Gender related inequalities are a key barrier to improving nutrition and health care practices. Women require not only the capacity to take action to improve their and their children’s nutritional status, but also the support of their partners, family and the community at large to do so. This is recognised as part of the NNS and NNSAP. To transform gender relations, increase joint decision making by men and women, and foster women’s leadership, SCALING is facilitating three training workshops on women workload reduction, gender negotiation and women’s leadership skills in close cooperation with the Lao Women’s Union (LWU). In addition, Village Savings and Loan Association (VSLA) for women are developed in selected villages to strengthen economic empowerment.
The overall objectives: Gender norms enable improved care and feeding practices, women’s decision-making, reduced workload, and control over resources and health
- Specific objective1: To conduct women’s empowerment training workshops to transform gender relations, increase joint decision making by men and women, and foster women’s leadership
- Specific objective2: To conduct women’s workload and women workload reduction discussion help women to understand their workload burden
Specific objective3: To support women groups in forming and facilitating Village Savings and Loans Associations (VSLA) in the target villages
- 12,660 couples, and 8240 women trained in 422 villages: Men and women sharing responsibility for improving women’s and children’s nutrition; women’s increased engagement in community leadership
- 211 VSLAs set up in 4 provinces with an estimated 4,220 members
Facts and Figures:
- 8,228 women and 1,392 couples in 228 villages have participated in Women Workload Reduction training
- 293 women have attended the women leadership skills training
- 91 VSLA have been formed and functioning on regular basis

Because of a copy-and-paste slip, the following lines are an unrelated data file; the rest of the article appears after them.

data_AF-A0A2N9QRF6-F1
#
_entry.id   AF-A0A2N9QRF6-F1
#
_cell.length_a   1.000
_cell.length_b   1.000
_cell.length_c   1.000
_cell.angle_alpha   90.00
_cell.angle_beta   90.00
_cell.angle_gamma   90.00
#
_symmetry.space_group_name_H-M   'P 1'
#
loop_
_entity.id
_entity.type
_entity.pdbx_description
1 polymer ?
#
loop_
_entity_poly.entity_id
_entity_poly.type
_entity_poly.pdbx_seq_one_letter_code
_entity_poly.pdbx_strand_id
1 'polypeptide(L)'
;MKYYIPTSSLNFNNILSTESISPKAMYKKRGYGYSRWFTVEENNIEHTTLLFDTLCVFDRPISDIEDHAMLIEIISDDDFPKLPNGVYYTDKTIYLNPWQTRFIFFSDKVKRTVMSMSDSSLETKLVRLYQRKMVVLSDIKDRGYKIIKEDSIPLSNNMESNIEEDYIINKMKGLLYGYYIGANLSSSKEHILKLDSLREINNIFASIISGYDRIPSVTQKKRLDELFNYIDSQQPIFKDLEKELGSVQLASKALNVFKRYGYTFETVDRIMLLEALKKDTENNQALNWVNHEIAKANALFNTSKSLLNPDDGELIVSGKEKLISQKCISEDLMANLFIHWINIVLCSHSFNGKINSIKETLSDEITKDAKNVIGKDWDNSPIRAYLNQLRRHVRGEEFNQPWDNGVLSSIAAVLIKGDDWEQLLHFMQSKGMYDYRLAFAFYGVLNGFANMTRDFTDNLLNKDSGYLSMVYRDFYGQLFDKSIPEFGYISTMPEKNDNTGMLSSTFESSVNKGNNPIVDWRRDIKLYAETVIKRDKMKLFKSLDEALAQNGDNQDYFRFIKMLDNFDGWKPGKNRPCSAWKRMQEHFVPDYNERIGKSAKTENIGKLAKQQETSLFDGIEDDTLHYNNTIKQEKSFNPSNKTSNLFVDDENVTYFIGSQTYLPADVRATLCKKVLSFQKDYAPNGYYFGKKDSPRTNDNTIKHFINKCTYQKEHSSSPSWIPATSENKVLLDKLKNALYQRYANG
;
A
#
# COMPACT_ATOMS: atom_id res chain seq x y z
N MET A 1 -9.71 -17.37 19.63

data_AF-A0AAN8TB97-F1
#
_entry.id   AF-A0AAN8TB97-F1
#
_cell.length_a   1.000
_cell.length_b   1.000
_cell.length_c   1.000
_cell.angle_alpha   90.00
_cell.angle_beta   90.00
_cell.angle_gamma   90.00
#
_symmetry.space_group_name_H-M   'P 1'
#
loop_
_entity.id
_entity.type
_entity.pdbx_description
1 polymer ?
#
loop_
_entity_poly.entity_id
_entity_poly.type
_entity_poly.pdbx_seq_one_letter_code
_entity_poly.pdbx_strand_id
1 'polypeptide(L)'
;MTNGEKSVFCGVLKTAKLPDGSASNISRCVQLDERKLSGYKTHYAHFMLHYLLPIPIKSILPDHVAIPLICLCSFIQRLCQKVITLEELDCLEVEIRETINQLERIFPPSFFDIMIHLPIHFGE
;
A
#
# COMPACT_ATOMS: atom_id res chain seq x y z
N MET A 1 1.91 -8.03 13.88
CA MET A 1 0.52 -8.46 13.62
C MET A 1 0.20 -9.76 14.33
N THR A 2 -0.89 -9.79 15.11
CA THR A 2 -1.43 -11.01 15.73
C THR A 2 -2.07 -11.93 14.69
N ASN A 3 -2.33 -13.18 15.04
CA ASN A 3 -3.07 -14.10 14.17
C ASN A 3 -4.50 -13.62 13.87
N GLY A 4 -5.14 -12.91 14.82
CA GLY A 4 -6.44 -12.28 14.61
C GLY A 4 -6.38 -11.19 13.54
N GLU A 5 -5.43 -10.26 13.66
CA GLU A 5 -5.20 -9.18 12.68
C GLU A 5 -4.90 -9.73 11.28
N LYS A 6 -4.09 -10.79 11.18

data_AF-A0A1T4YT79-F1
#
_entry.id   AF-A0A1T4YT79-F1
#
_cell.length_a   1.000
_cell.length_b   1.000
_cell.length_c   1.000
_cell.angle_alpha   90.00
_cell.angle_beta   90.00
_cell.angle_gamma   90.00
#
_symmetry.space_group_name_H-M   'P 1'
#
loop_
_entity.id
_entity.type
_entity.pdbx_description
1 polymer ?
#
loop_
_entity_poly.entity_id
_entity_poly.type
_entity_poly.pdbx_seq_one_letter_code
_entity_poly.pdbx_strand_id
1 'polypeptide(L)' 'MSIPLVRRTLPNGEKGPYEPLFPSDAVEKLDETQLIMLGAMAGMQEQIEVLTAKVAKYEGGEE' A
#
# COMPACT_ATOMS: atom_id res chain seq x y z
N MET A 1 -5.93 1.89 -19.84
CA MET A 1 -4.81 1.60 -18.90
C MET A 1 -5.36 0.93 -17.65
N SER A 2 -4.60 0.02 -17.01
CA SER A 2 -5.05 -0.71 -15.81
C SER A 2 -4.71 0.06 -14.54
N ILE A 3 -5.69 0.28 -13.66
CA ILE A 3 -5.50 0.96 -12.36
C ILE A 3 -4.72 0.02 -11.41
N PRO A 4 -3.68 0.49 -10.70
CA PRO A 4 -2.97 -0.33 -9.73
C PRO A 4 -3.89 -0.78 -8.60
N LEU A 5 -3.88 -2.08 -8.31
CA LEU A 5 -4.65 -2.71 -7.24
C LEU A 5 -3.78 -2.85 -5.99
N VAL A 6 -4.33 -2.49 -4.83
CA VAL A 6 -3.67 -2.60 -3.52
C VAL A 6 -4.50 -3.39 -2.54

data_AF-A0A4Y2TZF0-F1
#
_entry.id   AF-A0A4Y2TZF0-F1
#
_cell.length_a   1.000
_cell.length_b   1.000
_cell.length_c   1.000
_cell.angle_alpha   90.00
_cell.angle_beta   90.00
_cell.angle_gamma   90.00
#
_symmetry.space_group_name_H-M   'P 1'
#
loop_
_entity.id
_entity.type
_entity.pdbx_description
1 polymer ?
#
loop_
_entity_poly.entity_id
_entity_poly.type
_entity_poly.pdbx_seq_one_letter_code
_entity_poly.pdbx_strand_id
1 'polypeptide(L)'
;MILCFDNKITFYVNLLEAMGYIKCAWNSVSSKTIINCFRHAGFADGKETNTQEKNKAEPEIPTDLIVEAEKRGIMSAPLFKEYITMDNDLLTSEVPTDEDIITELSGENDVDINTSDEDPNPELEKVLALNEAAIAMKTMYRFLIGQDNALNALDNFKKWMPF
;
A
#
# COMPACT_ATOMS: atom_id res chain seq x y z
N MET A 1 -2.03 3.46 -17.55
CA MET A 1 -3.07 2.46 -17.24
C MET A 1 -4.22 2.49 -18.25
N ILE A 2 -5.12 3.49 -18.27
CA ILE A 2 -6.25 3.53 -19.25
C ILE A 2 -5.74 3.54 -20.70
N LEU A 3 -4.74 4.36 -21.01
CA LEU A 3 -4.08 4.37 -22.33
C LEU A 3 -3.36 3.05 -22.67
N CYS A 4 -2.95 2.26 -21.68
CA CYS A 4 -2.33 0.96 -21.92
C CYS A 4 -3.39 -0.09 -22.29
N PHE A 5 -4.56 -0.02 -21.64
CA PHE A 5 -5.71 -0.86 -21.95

Case Study Ms. Pelu attends WWR training
Ms. Pelu, 25 years old, lives in Houaysoung village, Boun Neua district, Phongsaly province. She is from the Akha ethnic group and is married with three children (two girls and one little boy). Every day she has to get up early in the morning to do household chores such as cooking breakfast, feeding the family’s animals and taking care of the children. To earn a living, she spends most of her time working in the sugar cane and rubber plantations – especially during cropping and harvest seasons. Over the past six months, Ms. Pelu has had the opportunity to attend a Women Workload Reduction (WWR) training in her village.
“After the training, I shared some knowledge with my husband about sharing the workload. Since then, I have observed my husband helping me with household chores. For example, when I am busy cooking or preparing food for our breakfast, he helps with feeding the pigs and chicken. He also helps look after the children for me. At the moment I still have little children, so my husband sets me the lighter tasks of weeding the sugar cane and he works longer hours gathering rubber product from the plantation, which is considered to be harder and heavier work.” She also says: “In the future I would like to see more men support their wives in sharing the workload and involve more women in decision-making, family consultations and family planning. My dream is to see my children complete secondary school and go for higher education in vocational college or university. After graduation I would like to see them have a different and better job than what I have.”
Ministry of Health (MOH), Provincial Health Office (PHO), District Health Office (DHO), Save the Children International (SCI), CARE, ChildFund (CFL) and Comité de Coopération avec le Laos (CCL)